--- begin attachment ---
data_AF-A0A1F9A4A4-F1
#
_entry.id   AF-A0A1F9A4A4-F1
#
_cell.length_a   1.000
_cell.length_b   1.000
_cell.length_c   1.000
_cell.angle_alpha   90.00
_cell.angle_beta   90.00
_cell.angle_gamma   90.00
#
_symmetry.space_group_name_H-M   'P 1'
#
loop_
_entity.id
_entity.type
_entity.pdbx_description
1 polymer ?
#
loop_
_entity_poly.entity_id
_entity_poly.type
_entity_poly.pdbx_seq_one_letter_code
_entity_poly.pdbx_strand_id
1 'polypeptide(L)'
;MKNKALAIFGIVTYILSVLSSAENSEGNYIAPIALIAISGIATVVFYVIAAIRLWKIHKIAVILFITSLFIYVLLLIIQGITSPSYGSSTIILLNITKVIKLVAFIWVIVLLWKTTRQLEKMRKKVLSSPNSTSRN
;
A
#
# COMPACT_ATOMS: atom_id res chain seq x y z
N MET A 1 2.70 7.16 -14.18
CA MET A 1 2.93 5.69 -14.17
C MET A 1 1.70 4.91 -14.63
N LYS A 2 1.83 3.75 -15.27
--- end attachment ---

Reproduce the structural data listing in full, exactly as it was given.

data_AF-A0A1F9A4A4-F1
#
_entry.id   AF-A0A1F9A4A4-F1
#
_cell.length_a   1.000
_cell.length_b   1.000
_cell.length_c   1.000
_cell.angle_alpha   90.00
_cell.angle_beta   90.00
_cell.angle_gamma   90.00
#
_symmetry.space_group_name_H-M   'P 1'
#
loop_
_entity.id
_entity.type
_entity.pdbx_description
1 polymer ?
#
loop_
_entity_poly.entity_id
_entity_poly.type
_entity_poly.pdbx_seq_one_letter_code
_entity_poly.pdbx_strand_id
1 'polypeptide(L)'
;MKNKALAIFGIVTYILSVLSSAENSEGNYIAPIALIAISGIATVVFYVIAAIRLWKIHKIAVILFITSLFIYVLLLIIQGITSPSYGSSTIILLNITKVIKLVAFIWVIVLLWKTTRQLEKMRKKVLSSPNSTSRN
;
A
#
# COMPACT_ATOMS: atom_id res chain seq x y z
N MET A 1 2.70 7.16 -14.18
CA MET A 1 2.93 5.69 -14.17
C MET A 1 1.70 4.91 -14.63
N LYS A 2 1.83 3.75 -15.27